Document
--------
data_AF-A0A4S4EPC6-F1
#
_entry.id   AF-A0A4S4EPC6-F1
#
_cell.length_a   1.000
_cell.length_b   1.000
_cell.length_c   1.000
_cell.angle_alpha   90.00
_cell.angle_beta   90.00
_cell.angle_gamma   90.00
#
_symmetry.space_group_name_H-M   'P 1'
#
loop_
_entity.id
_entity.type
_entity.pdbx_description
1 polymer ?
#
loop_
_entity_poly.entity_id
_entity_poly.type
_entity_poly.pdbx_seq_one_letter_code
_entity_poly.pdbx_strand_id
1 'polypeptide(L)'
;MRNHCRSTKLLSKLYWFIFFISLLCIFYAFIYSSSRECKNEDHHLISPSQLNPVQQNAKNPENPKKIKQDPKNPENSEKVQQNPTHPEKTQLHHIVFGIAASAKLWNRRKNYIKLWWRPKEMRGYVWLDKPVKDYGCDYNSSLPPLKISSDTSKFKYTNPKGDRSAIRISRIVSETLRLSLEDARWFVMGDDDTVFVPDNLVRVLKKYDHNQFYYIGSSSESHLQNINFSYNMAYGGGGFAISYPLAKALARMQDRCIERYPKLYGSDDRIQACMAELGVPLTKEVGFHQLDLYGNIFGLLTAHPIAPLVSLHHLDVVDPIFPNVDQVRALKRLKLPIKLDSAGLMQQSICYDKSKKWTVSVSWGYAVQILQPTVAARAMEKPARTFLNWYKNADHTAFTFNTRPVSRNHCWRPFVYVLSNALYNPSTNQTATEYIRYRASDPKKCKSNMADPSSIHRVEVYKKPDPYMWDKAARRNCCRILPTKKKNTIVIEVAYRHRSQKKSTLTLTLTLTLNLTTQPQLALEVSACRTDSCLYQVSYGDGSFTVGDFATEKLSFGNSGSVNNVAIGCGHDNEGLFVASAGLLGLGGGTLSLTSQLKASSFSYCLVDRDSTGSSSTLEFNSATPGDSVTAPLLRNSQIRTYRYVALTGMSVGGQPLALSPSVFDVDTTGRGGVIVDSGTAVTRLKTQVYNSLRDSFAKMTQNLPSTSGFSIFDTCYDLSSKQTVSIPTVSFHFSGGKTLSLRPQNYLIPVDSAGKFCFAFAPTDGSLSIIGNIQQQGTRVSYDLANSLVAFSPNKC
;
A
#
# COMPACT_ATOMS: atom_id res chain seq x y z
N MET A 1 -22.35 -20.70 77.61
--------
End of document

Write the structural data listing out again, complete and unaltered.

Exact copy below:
data_AF-A0A4S4EPC6-F1
#
_entry.id   AF-A0A4S4EPC6-F1
#
_cell.length_a   1.000
_cell.length_b   1.000
_cell.length_c   1.000
_cell.angle_alpha   90.00
_cell.angle_beta   90.00
_cell.angle_gamma   90.00
#
_symmetry.space_group_name_H-M   'P 1'
#
loop_
_entity.id
_entity.type
_entity.pdbx_description
1 polymer ?
#
loop_
_entity_poly.entity_id
_entity_poly.type
_entity_poly.pdbx_seq_one_letter_code
_entity_poly.pdbx_strand_id
1 'polypeptide(L)'
;MRNHCRSTKLLSKLYWFIFFISLLCIFYAFIYSSSRECKNEDHHLISPSQLNPVQQNAKNPENPKKIKQDPKNPENSEKVQQNPTHPEKTQLHHIVFGIAASAKLWNRRKNYIKLWWRPKEMRGYVWLDKPVKDYGCDYNSSLPPLKISSDTSKFKYTNPKGDRSAIRISRIVSETLRLSLEDARWFVMGDDDTVFVPDNLVRVLKKYDHNQFYYIGSSSESHLQNINFSYNMAYGGGGFAISYPLAKALARMQDRCIERYPKLYGSDDRIQACMAELGVPLTKEVGFHQLDLYGNIFGLLTAHPIAPLVSLHHLDVVDPIFPNVDQVRALKRLKLPIKLDSAGLMQQSICYDKSKKWTVSVSWGYAVQILQPTVAARAMEKPARTFLNWYKNADHTAFTFNTRPVSRNHCWRPFVYVLSNALYNPSTNQTATEYIRYRASDPKKCKSNMADPSSIHRVEVYKKPDPYMWDKAARRNCCRILPTKKKNTIVIEVAYRHRSQKKSTLTLTLTLTLNLTTQPQLALEVSACRTDSCLYQVSYGDGSFTVGDFATEKLSFGNSGSVNNVAIGCGHDNEGLFVASAGLLGLGGGTLSLTSQLKASSFSYCLVDRDSTGSSSTLEFNSATPGDSVTAPLLRNSQIRTYRYVALTGMSVGGQPLALSPSVFDVDTTGRGGVIVDSGTAVTRLKTQVYNSLRDSFAKMTQNLPSTSGFSIFDTCYDLSSKQTVSIPTVSFHFSGGKTLSLRPQNYLIPVDSAGKFCFAFAPTDGSLSIIGNIQQQGTRVSYDLANSLVAFSPNKC
;
A
#
# COMPACT_ATOMS: atom_id res chain seq x y z
N MET A 1 -22.35 -20.70 77.61